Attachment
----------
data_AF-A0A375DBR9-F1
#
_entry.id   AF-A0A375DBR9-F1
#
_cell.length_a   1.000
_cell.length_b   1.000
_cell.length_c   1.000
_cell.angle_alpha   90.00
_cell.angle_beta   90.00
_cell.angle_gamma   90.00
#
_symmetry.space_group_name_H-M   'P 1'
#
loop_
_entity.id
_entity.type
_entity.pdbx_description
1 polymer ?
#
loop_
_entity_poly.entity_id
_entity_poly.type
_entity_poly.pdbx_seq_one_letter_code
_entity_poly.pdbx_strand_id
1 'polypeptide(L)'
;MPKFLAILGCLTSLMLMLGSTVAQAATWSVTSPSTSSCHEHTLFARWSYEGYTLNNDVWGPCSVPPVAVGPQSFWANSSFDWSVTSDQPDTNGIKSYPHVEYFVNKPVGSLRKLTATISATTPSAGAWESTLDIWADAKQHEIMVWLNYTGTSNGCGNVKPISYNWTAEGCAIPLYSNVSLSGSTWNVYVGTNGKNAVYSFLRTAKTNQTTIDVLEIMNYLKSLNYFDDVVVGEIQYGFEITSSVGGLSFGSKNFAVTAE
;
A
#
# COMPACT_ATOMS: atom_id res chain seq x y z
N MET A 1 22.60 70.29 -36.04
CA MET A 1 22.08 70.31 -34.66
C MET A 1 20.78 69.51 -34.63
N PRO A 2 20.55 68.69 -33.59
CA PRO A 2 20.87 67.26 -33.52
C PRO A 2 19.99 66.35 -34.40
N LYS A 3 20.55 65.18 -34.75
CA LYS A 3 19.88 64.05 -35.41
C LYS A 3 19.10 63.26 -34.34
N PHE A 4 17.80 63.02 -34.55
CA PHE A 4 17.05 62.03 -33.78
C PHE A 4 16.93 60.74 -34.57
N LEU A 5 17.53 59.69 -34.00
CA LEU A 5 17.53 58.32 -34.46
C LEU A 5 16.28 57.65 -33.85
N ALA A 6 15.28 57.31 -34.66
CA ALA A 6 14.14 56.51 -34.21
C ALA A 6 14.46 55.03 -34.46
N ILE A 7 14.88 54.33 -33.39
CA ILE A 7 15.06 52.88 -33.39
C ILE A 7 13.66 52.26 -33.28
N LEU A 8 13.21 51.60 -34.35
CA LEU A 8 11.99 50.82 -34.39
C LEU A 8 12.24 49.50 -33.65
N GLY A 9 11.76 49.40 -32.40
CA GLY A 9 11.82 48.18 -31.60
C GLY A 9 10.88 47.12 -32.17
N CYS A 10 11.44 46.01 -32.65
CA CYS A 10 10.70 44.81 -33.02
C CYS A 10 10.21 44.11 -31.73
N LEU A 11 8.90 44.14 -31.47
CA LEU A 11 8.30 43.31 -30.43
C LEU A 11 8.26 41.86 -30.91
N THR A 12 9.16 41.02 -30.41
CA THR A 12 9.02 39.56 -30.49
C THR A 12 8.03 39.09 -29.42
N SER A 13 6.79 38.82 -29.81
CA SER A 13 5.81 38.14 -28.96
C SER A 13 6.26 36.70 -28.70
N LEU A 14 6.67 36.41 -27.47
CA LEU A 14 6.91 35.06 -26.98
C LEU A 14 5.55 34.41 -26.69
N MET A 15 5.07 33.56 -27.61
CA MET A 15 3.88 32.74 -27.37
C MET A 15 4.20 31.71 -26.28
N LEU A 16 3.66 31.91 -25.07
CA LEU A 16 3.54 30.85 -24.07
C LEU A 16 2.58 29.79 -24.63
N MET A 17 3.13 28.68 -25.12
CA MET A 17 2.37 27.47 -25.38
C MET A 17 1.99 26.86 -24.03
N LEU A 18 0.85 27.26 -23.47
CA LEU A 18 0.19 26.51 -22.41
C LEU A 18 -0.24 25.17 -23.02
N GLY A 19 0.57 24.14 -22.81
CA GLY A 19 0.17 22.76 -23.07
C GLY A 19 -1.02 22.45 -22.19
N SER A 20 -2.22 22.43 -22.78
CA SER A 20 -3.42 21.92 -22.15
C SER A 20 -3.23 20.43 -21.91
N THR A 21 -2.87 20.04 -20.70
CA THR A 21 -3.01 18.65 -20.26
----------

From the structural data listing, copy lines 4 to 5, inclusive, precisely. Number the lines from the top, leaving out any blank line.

#
_cell.length_a   1.000